News

North Kitsap cold-weather shelter in works

POULSBO — A Poulsbo city council member is making efforts to establish a winter weather shelter in North Kitsap. Council Member Connie Lord, a First Lutheran elder, is working to create a warm haven for those in need at the church this winter. She hopes to have the shelter opened before the next big storm.

Establishing such a shelter is quite a process, Lord said, and she’s currently awaiting training and setting other logistics in place; in the meantime, Lord has traveled to the severe weather shelter at the Kitsap County Fairgrounds, where she observed the operation and networked with other volunteers during her shift.

She’s also hoping to spread the word that the county’s shelter is available. There are at least 88 known families, with children, living in cars throughout Kitsap County, and other homeless living in wooded area camps may be reluctant to leave their belongings behind. But the shelter at the fairgrounds, Lord said, is a warm and comforting reprieve for those most exposed to the area’s treacherous cold weather. Kitsap Transit is providing bus passes to the shelter free-of-charge.

That shelter is scheduled to remain open through Martin Luther King, Jr. Day, Jan. 19, Lord said.

“They are committed to keeping it open seven days a week,” Lord said. “No questions asked, you just go down there, the person signs in, it’s very comfortable, it’s warm, lots of food and clothes available.”

Baby supplies are also on hand, as are heated Kitsap County Humane Society pet kennels, with food and water dishes for animals.

“They really, really have a good system there,” she said.

Volunteers are still needed. For more information, visit the Kitsap County Department of Emergency Management Web site at www.kitsapdem.org, click on the “new volunteers” tab and then “severe weather shelter volunteers.”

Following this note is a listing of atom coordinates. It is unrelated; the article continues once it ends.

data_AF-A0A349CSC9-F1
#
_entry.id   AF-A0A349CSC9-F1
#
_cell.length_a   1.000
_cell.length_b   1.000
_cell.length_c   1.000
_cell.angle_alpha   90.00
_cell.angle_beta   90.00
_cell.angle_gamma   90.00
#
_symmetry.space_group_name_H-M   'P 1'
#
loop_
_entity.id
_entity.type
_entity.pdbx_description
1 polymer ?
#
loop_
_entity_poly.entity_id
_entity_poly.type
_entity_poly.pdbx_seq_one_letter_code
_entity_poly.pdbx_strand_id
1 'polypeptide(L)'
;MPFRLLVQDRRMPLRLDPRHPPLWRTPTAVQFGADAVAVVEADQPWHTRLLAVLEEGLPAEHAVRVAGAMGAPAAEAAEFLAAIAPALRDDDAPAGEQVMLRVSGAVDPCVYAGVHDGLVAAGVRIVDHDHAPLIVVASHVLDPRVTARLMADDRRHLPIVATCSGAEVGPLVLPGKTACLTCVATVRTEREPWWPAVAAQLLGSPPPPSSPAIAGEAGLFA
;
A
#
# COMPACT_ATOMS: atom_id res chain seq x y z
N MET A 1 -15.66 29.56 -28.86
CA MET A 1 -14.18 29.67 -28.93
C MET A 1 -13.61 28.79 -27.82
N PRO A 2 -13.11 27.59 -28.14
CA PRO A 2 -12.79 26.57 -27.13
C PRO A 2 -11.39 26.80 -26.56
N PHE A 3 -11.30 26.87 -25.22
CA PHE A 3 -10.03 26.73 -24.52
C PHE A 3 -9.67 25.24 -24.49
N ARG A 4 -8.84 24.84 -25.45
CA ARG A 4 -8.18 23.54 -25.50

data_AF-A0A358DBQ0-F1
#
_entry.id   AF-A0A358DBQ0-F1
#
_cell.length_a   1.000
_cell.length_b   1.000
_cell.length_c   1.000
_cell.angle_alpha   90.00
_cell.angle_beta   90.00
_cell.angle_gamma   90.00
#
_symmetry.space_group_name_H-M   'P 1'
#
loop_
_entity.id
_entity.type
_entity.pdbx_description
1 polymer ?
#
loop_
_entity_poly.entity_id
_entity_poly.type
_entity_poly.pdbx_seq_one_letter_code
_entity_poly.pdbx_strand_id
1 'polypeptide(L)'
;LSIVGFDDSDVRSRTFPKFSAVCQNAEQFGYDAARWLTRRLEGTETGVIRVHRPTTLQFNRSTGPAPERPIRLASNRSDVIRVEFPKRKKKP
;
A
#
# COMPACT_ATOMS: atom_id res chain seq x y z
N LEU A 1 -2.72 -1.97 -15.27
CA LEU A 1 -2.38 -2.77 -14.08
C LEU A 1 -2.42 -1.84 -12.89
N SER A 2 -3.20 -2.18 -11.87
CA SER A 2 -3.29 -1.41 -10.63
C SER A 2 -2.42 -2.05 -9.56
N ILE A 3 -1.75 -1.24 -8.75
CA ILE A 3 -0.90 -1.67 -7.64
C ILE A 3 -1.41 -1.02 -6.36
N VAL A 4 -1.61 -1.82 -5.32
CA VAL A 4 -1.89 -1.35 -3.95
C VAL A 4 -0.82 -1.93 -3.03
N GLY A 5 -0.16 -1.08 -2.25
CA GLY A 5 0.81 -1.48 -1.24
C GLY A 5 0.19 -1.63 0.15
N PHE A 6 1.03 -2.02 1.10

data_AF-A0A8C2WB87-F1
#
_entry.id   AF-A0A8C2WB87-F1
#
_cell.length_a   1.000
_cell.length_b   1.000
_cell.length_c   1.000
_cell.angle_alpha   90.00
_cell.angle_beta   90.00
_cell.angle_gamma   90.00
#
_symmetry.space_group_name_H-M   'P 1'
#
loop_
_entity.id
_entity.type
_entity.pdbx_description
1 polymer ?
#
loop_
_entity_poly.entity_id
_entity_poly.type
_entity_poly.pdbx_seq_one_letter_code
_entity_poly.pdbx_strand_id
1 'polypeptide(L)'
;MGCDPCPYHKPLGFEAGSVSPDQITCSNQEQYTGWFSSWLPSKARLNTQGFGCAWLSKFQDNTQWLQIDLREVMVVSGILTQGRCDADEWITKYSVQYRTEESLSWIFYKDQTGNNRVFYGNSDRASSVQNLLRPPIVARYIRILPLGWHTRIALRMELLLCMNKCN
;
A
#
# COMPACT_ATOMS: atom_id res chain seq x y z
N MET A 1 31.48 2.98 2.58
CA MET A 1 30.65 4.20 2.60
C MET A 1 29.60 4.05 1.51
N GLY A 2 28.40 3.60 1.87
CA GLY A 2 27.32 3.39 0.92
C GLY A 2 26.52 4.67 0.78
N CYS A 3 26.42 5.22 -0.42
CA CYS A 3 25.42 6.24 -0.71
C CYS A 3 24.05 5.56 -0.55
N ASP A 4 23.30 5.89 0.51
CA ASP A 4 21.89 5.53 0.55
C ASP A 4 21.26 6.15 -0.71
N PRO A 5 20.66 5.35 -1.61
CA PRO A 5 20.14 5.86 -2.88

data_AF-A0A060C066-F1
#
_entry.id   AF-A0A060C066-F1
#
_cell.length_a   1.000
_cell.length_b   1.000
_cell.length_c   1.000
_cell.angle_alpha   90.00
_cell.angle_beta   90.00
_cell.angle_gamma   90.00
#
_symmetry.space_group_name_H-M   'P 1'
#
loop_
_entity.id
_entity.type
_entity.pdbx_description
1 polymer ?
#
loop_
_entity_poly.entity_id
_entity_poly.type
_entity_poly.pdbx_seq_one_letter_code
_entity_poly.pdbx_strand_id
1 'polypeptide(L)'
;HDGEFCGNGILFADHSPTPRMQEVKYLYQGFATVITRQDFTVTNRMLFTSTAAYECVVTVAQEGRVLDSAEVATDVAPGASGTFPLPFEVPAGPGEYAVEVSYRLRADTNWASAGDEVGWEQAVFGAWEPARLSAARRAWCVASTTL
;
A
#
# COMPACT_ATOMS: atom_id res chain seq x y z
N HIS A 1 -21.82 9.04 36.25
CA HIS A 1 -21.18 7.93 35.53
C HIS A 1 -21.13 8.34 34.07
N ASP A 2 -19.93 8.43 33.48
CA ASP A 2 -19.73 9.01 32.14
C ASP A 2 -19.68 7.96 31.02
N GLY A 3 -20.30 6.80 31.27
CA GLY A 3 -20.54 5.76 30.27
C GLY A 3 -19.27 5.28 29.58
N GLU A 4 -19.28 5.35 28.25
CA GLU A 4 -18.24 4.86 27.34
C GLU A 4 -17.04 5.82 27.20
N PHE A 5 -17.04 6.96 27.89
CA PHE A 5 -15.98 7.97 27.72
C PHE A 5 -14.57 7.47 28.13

Lord said she hopes to tap into a coalition of Bainbridge Island and North Kitsap churches, similar to the operation at the fairgrounds, in order to set up a shelter on the North End.

“I want to make sure that we have this available this winter if we have another terrible storm come in,” Lord explained. “It wouldn’t be just for homeless either. If people are without power — there are a lot of vulnerable people that need shelter.”

Lord recalled a winter storm in 2006 that left many senior citizens in the Poulsbo area without electricity for days, and credits that time as jumpstarting her desire to help.

“I’m well aware of the homeless population that’s out there. I’ve known some people that have lived on the streets and have told me how hard it is. It’s just something that’s always on my mind, especially when the weather gets bad,” she said. “We just need to get the parts and pieces put together.”

We encourage an open exchange of ideas on this story's topic, but we ask you to follow our guidelines for respecting community standards. Personal attacks, inappropriate language, and off-topic comments may be removed, and comment privileges revoked, per our Terms of Use. Please see our FAQ if you have questions or concerns about using Facebook to comment.
blog comments powered by Disqus

Read the Nov 14
Green Edition

Browse the print edition page by page, including stories and ads.

Browse the archives.

Friends to Follow

View All Updates